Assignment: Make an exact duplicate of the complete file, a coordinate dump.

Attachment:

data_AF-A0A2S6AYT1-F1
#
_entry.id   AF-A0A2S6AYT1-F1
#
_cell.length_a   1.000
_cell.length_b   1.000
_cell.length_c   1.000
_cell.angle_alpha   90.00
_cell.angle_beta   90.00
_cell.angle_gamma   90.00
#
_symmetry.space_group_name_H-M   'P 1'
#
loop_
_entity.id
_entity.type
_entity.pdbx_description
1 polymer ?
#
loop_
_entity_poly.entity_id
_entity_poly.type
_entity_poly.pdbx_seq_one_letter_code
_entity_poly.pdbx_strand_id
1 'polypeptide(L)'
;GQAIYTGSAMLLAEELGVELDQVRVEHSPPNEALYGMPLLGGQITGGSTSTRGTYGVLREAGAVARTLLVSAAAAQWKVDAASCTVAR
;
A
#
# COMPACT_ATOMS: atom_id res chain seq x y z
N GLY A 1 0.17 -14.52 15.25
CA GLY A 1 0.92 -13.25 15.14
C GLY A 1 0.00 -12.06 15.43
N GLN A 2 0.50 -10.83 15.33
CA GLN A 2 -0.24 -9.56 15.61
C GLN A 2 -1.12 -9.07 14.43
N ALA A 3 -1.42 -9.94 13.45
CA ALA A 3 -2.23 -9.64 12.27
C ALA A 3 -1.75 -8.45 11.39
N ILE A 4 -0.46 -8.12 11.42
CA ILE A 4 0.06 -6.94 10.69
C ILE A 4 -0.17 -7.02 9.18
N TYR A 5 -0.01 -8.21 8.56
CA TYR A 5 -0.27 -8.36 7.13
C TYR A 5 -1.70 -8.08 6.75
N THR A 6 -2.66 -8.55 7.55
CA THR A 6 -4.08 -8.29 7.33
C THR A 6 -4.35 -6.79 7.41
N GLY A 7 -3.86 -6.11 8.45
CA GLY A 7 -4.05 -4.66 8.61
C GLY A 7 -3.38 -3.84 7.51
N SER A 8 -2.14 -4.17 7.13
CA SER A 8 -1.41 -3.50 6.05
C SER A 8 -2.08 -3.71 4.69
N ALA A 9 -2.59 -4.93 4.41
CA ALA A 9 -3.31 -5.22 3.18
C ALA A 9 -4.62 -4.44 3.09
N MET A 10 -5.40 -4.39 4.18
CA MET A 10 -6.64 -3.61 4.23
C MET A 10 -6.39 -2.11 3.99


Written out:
data_AF-A0A2S6AYT1-F1
#
_entry.id   AF-A0A2S6AYT1-F1
#
_cell.length_a   1.000
_cell.length_b   1.000
_cell.length_c   1.000
_cell.angle_alpha   90.00
_cell.angle_beta   90.00
_cell.angle_gamma   90.00
#
_symmetry.space_group_name_H-M   'P 1'
#
loop_
_entity.id
_entity.type
_entity.pdbx_description
1 polymer ?
#
loop_
_entity_poly.entity_id
_entity_poly.type
_entity_poly.pdbx_seq_one_letter_code
_entity_poly.pdbx_strand_id
1 'polypeptide(L)'
;GQAIYTGSAMLLAEELGVELDQVRVEHSPPNEALYGMPLLGGQITGGSTSTRGTYGVLREAGAVARTLLVSAAAAQWKVDAASCTVAR
;
A
#
# COMPACT_ATOMS: atom_id res chain seq x y z
N GLY A 1 0.17 -14.52 15.25
CA GLY A 1 0.92 -13.25 15.14
C GLY A 1 0.00 -12.06 15.43
N GLN A 2 0.50 -10.83 15.33
CA GLN A 2 -0.24 -9.56 15.61
C GLN A 2 -1.12 -9.07 14.43
N ALA A 3 -1.42 -9.94 13.45
CA ALA A 3 -2.23 -9.64 12.27
C ALA A 3 -1.75 -8.45 11.39
N ILE A 4 -0.46 -8.12 11.42
CA ILE A 4 0.06 -6.94 10.69
C ILE A 4 -0.17 -7.02 9.18
N TYR A 5 -0.01 -8.21 8.56
CA TYR A 5 -0.27 -8.36 7.13
C TYR A 5 -1.70 -8.08 6.75
N THR A 6 -2.66 -8.55 7.55
CA THR A 6 -4.08 -8.29 7.33
C THR A 6 -4.35 -6.79 7.41
N GLY A 7 -3.86 -6.11 8.45
CA GLY A 7 -4.05 -4.66 8.61
C GLY A 7 -3.38 -3.84 7.51
N SER A 8 -2.14 -4.17 7.13
CA SER A 8 -1.41 -3.50 6.05
C SER A 8 -2.08 -3.71 4.69
N ALA A 9 -2.59 -4.93 4.41
CA ALA A 9 -3.31 -5.22 3.18
C ALA A 9 -4.62 -4.44 3.09
N MET A 10 -5.40 -4.39 4.18
CA MET A 10 -6.64 -3.61 4.23
C MET A 10 -6.39 -2.11 3.99